New €100 and €200 banknotes are entering circulation today, with authorities stressing that anyone holding old notes should not be concerned. The new, slightly smaller notes – printed with increased ‘elements of security’ within them – do not render older notes valueless, and thus there is no requirement for people to exchange them or cash them in.
In the past, elderly people have been swindled by fraudsters visiting isolated villages, pretending to be Bank of Portugal employees charged with ‘exchanging old notes’.
Said a source for the PSP: “People should be aware that no-one can go to the home of a third party to exchange banknotes: no police agent, nor Bank of Portugal employee. If this happens, it is a case of fraud and we would appeal to householders to make an official complaint at their nearest police station”.
The notes – worth over €3 billion – have been produced in Italy, France, Austria, Latvia, Lithuania and Spain.
They are the same colours as before and can be checked for authenticity by “touch, observation and inclination”.
Explain reports, the notes have a ‘satellite hologram on the upper silver band that shows small symbols of the euro that move around the numbers representing the note’s value, and which become sharper when exposed to direct light, including an enhanced emerald number”.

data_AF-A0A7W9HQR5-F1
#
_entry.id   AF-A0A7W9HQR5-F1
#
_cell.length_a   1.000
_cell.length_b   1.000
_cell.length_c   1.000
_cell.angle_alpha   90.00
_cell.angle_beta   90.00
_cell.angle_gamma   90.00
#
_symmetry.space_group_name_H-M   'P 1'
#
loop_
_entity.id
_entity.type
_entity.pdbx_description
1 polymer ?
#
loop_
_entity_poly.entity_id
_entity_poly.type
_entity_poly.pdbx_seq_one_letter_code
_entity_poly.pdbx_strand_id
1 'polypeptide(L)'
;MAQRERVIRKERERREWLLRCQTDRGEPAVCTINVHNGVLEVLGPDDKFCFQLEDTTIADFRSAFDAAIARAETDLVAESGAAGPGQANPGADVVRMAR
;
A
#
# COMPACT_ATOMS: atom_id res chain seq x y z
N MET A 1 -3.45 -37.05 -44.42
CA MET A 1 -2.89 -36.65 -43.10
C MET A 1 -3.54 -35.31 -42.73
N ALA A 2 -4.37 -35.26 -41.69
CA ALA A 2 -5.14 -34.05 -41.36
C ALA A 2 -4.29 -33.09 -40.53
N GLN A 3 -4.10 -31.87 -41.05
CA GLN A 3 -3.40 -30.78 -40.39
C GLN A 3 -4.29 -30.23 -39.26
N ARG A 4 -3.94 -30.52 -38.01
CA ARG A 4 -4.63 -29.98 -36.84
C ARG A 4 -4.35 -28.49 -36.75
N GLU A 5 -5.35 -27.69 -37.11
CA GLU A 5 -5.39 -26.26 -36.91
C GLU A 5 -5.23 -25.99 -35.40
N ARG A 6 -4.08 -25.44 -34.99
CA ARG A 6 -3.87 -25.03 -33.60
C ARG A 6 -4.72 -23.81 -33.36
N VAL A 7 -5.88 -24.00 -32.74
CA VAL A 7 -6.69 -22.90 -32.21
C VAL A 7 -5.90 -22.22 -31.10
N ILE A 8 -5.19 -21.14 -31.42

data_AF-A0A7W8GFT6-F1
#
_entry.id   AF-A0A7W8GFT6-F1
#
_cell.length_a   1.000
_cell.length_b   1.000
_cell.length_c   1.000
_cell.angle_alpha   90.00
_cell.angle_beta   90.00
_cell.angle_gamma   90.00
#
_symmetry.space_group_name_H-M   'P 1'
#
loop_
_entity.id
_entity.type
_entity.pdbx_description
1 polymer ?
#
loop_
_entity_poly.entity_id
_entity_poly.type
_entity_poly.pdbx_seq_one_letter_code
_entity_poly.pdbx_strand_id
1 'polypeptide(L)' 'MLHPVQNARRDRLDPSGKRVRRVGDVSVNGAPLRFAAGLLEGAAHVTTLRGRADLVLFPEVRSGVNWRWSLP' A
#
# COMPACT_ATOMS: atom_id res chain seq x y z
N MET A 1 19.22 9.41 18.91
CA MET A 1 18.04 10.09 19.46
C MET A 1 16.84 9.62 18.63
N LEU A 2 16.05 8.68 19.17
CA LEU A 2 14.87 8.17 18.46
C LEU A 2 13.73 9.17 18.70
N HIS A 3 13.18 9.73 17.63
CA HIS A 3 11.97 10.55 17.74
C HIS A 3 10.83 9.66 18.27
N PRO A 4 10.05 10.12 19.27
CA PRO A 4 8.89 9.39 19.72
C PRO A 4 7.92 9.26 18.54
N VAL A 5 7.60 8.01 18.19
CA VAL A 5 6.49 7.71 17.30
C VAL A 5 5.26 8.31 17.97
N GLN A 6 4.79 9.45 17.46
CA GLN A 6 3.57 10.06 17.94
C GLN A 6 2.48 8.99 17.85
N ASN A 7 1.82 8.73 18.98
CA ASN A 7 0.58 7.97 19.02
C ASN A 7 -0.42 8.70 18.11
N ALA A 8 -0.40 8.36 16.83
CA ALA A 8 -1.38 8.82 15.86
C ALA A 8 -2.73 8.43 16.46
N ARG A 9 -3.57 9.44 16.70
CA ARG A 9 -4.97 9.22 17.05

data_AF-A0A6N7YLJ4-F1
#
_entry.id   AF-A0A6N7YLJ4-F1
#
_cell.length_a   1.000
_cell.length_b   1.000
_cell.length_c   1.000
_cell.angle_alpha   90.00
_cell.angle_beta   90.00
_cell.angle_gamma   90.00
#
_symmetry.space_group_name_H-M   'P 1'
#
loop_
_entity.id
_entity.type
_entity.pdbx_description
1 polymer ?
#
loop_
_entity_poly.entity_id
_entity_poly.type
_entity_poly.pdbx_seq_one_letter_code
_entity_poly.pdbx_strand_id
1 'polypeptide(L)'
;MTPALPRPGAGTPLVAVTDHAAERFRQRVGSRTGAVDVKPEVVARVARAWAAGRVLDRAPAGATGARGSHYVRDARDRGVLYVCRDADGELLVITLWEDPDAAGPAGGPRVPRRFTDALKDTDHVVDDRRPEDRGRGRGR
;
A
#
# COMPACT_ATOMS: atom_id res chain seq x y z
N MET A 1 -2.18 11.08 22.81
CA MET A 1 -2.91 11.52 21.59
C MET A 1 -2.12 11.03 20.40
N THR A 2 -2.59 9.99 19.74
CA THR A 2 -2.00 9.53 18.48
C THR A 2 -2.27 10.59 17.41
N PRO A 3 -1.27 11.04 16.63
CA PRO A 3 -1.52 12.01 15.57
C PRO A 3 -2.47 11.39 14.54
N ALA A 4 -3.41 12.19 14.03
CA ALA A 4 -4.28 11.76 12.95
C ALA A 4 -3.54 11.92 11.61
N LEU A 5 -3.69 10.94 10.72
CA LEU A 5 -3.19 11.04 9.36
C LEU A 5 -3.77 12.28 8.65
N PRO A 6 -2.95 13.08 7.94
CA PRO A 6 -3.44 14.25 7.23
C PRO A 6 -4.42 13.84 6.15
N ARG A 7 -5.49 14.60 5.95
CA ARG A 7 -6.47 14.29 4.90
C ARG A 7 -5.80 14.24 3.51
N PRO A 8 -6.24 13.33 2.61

The silver band also includes a ‘portrait of Europe’ (a mythological Greek figure), the architectural motif and a large euro symbol.
Said a source for the Bank of Portugal, it’s impossible to say how many of the new notes will circulate within any eurozone country.
But data for April this year showed that “globally, within the eurozone, there was €2.848 billion in €100 notes in circulation and €269 million in notes of €200.
Both denominations are less regularly used than the €50 note which represents over 46% of the notes in circulation.